On one of our cross-country road trips, we ended up on a red dirt road in nowhere Arizona without a sign in sight. Why would there be a road sign when what we were driving on barely qualified as a road?
For the last 25 years where we live hasn’t been our decision. Our denomination transfers its clergy. They decide when and where. The moving usually takes place in June but which June? This year or next? How long we stay is never a guarantee, never known.
We gave this over to faith that even though the decisions of man are imperfect, God will use it for His good.
We are in our last appointment. Our next move is into retirement. The location has been decided by us, our retirement home purchased and occupied by renters.
I am living in the in-between stages of what is and what is to come. We’re looking at boxes of stuff we’ve moved too many times. We’re remembering people and places, happy and sad. I am trying to choose wisely where I will live mentally and emotionally from now until then.
One place I’ve chosen not to live is in regret. I have plenty. If asked if I’d change anything in my life I’d say yes. There are decisions I’ve made I would readily change if I could. I could use a few “do-overs”. What I can do is decide not to allow space for regret in my life.
Regret is a thief. It steals joy and peace. It hangs heavy like steel gray clouds rumbling full of thunder. When I see storm warnings, I can shift my thoughts to the assurances of God’s grace and forgiveness. I choose to walk in hope.
Wait with hope. Hope now; hope always! Psalm 131:3
Writing on the word prompt: regret with Five-Minute Friday.
We know why.
We live in a broken world, a fallen world.
Our gun laws are too lenient, not enforced enough.
Mental health care is lacking.
Money going to gun lobbyist and not mental health care.
We put individual rights over rights of our children.
Tell me anything you want as to the why but what remains is once AGAIN we are mourning the loss of children.
This time it is playing out in our backyard, in a community considered the safest in our county, in an A-rated school. Collectively, all of these schools are in our community, our country.
I watched the local coverage of breaking news with a numbness of disbelief. The tears came a day later and now my anger is at the surface. Does the why even matter anymore when it takes more than two hands to count the numbers of our children being shot down in their schools?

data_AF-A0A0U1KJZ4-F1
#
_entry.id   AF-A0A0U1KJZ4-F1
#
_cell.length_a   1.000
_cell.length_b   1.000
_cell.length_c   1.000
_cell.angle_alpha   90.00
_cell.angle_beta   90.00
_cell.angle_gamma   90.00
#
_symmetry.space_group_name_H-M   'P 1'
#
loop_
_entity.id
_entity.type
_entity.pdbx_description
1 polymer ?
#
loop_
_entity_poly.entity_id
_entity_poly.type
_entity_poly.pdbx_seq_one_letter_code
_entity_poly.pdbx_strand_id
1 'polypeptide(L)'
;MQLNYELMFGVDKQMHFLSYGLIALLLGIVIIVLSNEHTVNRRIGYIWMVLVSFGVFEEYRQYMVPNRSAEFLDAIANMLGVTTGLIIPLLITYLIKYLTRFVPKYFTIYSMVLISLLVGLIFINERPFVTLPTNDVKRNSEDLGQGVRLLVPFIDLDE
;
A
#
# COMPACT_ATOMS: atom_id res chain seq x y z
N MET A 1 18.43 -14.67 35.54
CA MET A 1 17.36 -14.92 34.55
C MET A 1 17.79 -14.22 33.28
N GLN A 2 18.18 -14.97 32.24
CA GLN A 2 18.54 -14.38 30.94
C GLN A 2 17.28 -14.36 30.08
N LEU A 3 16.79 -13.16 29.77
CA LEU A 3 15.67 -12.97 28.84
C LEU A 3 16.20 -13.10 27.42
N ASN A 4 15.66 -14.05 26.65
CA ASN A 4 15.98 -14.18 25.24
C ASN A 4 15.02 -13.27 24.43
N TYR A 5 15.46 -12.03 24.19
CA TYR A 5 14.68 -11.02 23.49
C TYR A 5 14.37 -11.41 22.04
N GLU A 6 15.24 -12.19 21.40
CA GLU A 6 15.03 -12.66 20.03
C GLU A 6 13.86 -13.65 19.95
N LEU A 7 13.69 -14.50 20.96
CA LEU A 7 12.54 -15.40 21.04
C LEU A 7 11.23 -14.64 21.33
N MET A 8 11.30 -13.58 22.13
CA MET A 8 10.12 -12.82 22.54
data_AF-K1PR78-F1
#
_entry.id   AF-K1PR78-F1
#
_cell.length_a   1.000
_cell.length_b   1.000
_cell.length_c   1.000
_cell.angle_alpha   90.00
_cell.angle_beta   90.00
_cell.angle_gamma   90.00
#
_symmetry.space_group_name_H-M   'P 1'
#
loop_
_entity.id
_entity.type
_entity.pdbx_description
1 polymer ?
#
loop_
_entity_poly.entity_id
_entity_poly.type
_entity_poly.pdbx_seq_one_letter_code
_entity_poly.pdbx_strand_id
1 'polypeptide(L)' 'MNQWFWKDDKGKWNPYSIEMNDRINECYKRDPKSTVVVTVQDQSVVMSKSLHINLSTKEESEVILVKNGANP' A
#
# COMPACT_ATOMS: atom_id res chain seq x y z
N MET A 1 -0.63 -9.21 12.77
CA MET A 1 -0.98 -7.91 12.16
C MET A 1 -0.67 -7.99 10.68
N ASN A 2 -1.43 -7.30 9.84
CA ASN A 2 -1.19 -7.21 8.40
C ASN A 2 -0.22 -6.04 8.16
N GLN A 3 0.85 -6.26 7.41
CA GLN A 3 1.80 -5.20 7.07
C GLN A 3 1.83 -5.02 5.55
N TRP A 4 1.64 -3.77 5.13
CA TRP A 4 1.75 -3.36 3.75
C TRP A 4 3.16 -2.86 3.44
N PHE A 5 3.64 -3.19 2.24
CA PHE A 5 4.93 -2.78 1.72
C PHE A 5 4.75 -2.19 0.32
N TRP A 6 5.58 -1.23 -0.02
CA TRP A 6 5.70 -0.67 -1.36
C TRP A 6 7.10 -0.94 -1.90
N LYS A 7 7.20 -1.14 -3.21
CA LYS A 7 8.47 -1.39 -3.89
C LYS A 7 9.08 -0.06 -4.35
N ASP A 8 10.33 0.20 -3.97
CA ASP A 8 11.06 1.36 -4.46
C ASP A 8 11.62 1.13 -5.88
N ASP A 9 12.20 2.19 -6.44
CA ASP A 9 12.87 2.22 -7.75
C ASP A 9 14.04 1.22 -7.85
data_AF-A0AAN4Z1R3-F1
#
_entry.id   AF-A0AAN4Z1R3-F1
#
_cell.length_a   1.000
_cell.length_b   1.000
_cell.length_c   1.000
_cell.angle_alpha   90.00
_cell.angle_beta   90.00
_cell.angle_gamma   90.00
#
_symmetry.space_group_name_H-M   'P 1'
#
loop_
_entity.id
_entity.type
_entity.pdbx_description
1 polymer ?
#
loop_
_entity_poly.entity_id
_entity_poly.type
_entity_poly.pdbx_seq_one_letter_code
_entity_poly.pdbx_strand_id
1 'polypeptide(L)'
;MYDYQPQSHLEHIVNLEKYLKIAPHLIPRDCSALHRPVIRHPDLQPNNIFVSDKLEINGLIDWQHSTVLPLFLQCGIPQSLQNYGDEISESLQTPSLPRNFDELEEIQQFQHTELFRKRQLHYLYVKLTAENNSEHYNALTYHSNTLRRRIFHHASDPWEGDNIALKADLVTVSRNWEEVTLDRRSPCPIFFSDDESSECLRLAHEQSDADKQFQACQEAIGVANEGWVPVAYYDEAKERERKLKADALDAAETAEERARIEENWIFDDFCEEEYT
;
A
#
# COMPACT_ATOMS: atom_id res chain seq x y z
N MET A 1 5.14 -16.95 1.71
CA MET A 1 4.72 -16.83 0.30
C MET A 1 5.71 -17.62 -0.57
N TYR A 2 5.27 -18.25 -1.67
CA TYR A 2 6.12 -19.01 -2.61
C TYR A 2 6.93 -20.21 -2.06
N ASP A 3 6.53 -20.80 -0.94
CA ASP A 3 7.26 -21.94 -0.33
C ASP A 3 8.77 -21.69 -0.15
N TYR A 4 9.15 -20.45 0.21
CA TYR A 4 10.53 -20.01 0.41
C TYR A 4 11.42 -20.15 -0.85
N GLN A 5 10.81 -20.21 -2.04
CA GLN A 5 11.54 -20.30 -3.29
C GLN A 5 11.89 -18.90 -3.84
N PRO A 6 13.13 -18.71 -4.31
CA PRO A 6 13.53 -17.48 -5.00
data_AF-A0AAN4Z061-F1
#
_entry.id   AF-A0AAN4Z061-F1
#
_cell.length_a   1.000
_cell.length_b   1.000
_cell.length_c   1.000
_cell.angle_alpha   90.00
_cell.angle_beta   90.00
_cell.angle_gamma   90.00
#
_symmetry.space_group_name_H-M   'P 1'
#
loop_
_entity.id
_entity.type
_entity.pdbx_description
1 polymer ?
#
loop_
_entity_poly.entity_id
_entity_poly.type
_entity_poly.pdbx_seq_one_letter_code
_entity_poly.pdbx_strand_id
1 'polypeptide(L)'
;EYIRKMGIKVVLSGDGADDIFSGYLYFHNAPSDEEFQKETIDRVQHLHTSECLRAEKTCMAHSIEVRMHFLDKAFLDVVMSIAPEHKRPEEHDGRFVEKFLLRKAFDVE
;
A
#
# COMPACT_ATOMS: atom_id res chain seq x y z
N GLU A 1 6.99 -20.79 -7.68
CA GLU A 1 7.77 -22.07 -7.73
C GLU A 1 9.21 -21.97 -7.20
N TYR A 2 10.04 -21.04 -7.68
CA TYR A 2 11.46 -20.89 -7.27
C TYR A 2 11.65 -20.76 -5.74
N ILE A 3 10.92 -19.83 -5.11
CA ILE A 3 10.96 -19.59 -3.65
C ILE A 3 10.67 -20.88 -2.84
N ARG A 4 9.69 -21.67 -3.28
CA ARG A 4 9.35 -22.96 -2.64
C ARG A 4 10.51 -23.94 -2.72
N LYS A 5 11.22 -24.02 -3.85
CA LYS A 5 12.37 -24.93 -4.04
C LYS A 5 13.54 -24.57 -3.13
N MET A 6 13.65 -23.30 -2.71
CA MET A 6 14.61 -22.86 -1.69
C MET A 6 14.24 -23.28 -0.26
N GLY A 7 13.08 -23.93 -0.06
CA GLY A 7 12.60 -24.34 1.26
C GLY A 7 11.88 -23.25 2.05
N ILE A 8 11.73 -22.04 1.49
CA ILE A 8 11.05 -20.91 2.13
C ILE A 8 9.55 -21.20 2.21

It’s the what that we argue and fight about. It’s in doing something more than ‘thoughts and prayers’ that will make a difference but we’d rather have a debate. We’d rather wave our amendment while our children are waiving their lives.
Yes, I’m angry. Yes, I don’t understand our fascination with guns. What I really don’t understand is that, again, we seem to be choosing guns over children and teachers, over sons and daughters and fathers and coaches and friends.
We know the why. What are we willing to change? What are we going to do?
The back row in church is where the teenagers want to sit. Once their parents let them sit with their friends they hurry to nab a seat in the back row. I remember sitting there trying to hide the notes we were writing to one another behind the hymnal. Today the kids just put their phones on silence and text.
The week brought us another relapse. We’ve watched the struggle for years and were trying to be hopeful this time was the time he’d make it. But he didn’t it. He’s alive but so are his demons.
It wasn’t the plant that not only survived but it thrived. The word that it couldn’t be killed was true. When it outgrew it’s pot we put it in a larger one and hung it from the ceiling in a macrame hanger. It fit perfectly with our bookshelves made of 2×4’s and bricks and peach crate album holders. It was the 70’s.
How enduring is God’s loyal love;the Eternal has inexhaustible compassion.23 Here they are, every morning, new!Your faithfulness, God, is as broad as the day.24 Have courage, for the Eternal is all that I will need.My soul boasts, “Hope in God; just wait.”